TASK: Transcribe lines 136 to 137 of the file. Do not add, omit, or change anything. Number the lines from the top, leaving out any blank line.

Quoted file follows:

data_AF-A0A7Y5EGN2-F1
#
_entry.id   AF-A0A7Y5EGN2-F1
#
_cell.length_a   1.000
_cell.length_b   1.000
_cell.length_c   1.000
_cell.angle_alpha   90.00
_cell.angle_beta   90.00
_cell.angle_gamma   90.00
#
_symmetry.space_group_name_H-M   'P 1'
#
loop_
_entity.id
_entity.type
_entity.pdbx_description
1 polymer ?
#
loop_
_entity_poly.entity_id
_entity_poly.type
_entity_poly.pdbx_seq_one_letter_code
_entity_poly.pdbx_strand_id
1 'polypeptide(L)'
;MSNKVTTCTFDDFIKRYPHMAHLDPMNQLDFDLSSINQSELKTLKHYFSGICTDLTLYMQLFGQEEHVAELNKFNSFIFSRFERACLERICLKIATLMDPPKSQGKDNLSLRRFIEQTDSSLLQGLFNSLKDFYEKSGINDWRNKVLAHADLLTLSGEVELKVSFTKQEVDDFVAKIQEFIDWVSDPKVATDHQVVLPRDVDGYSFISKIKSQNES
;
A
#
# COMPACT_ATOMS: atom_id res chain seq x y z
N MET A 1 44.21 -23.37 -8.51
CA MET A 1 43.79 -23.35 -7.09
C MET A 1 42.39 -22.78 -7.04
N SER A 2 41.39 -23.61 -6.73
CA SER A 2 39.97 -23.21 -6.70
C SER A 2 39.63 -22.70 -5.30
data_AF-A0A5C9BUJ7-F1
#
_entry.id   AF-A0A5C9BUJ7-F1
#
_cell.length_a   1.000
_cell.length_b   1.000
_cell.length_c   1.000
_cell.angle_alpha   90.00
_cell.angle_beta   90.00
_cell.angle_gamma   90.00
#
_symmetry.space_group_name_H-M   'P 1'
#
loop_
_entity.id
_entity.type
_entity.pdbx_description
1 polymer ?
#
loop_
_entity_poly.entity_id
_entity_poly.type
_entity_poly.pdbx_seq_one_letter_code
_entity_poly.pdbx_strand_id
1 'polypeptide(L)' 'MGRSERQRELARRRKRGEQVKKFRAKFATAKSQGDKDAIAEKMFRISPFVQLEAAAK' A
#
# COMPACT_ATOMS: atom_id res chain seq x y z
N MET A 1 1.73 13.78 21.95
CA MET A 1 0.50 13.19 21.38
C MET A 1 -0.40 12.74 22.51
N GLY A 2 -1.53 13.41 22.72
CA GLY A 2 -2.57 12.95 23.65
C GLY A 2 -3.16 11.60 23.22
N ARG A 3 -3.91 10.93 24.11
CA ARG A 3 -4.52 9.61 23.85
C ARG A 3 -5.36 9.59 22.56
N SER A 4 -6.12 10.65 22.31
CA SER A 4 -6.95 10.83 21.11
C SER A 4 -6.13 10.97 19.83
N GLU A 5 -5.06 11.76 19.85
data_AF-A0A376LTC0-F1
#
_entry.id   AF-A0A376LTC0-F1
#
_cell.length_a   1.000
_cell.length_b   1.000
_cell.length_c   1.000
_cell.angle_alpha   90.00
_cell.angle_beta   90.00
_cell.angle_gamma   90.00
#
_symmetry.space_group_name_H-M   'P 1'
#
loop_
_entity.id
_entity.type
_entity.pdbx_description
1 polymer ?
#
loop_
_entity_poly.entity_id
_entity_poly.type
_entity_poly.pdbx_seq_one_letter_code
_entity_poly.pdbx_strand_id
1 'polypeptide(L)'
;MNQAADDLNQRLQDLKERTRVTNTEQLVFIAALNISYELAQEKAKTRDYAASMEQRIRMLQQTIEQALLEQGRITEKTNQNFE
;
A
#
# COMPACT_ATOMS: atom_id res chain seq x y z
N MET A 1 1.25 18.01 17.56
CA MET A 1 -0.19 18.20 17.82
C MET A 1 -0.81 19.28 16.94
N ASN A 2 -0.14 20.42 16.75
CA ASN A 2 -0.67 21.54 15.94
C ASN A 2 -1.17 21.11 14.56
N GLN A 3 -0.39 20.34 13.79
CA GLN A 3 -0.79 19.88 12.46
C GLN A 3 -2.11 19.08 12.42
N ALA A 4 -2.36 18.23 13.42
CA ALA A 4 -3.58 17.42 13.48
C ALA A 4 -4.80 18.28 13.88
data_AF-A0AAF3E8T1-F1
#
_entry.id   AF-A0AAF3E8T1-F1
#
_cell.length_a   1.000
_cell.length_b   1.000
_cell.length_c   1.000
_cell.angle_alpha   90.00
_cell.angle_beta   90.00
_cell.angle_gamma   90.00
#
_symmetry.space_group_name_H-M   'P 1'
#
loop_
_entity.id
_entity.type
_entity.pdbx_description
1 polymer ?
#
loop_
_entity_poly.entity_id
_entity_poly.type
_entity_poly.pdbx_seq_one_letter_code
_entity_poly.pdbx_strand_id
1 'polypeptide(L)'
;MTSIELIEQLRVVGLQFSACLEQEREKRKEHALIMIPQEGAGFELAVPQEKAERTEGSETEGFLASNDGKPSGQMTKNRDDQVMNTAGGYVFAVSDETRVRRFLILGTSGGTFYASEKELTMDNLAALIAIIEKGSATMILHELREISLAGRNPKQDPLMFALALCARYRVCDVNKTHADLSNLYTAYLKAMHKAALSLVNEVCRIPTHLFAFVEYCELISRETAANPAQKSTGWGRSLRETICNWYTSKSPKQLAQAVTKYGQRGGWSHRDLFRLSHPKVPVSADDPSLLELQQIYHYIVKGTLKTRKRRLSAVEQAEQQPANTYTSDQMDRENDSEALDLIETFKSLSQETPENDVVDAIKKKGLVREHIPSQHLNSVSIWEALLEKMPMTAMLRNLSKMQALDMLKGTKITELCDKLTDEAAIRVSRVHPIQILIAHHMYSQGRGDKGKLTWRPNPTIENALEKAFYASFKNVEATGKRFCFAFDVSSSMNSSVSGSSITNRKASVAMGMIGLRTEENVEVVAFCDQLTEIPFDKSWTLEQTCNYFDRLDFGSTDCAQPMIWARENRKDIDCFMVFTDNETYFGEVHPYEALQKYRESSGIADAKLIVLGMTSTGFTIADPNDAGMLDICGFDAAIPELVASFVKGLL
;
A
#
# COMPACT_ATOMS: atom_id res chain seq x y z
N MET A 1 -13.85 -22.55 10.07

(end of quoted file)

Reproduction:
1 polymer ?
#